But the S-300P's first trip abroad, which took place in February 1993, at the first IDEX weapons exhibition in Abu Dhabi, where Chief Designers B.V. Bunkin and V.G. Svetlov, were present, became the main test for the S-300P at the beginning of the 1990s.

    - "On the day that the S-300 conducted demonstration firings at the range, Boris Vasilyevich Bunkin and I found ourselves on the VIP platform among the Sheikhs of the Emirates' ruling elite," -- recalled V.G. Svetlov. -- "We were looking, our vehicles appeared and the radars were turned on... And then they announced that the targets were flying. One was low, and the other was a bit higher. And suddenly there was a firing, and everything was in smoke... That was a sight! It was no accident that the next day the main exhibition daily newspaper published a photograph of our launching missile on its cover with the large headline: 'The Russians Stole the Show'".

    Major-General Bronislav Porozinskiy, an IDEX-93 participant, who directly led the missile personnel's operations, talked about how the preparation for the exhibition and participation in it proceeded (from Vestnik PVO Magazine, No. 12, 1993):

    - "We originally planned to display the S-300PMU1 Air Defense Missile System only at the pavilion, in the form of a mockup. But at the beginning of January, 1993, it was decided that the system would be displayed at Abu Dhabi in the original, which placed the missile personnel in extremely complex conditions.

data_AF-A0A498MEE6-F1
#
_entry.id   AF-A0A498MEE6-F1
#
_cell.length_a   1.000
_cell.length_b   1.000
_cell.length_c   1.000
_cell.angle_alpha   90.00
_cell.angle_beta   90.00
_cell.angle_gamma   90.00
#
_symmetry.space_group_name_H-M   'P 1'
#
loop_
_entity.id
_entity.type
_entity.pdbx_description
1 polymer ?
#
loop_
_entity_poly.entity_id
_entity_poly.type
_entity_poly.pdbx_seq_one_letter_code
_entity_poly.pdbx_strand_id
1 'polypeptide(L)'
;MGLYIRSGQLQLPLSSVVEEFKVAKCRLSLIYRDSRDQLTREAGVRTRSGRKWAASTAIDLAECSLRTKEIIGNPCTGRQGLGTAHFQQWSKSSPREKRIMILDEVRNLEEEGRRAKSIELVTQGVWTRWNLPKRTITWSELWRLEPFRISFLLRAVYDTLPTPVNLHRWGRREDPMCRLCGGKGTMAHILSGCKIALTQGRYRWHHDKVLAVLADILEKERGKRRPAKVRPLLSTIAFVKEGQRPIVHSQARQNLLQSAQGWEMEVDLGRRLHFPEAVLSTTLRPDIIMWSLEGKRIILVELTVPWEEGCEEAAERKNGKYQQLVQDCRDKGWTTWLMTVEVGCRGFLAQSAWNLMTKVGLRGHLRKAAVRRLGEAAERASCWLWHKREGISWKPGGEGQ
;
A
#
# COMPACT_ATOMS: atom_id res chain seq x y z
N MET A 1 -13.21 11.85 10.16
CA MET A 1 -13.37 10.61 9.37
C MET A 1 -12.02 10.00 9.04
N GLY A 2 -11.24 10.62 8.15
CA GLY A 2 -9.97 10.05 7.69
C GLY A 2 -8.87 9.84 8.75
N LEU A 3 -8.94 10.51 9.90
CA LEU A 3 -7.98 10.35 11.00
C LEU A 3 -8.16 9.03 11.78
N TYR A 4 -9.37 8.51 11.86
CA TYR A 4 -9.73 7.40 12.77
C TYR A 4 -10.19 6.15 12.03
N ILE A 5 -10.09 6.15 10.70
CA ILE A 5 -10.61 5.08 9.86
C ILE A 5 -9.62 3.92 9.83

- "By that time, we had mastered the redeployment of the S-300 using motor vehicle transportation and via rail. But the distance to Abu Dhabi is more than 3,500 kilometers, there is no railway there. Two other types of transportation remained - sea and air. Sea seemed to be simpler, but was not suited based upon time and therefore only air transport remained... A dress rehearsal of the loading of the weapon into an An-124 aircraft was conducted at an airport in the Moscow suburbs already on January 21 and 22.

    "The next phase of preparation -- was the selection of the personnel. The distinctive feature consisted of selecting officers, who had mastered several specialties, because we were restricted in a quantitative sense.

    "As a result, the crews of the command post, of two battalions, and crews for the delivery, loading and unloading of the missiles, survey control, energy supply and the resolution of other life support issues were formed from 38 officers and warrant officers.

    "Colonel M. Zubov led the command post.

    "After the completion of crew team building at the range, they completed the march to the airfield and conducted the loading of the equipment on two An-124 aircraft on February 3 and completed the flight to a military air base at Abu Dhabi on February 4.

    "They were loaded with an air temperature of -5 degrees Centigrade and they were unloaded already with a temperature of +29 degrees Centigrade. As a result, the equipment was literally covered with water from condensation...

    "...The first aircraft was unloaded in 32 minutes and the second -- in 20 minutes (no more than two hours -- that is the standard that has been developed at home).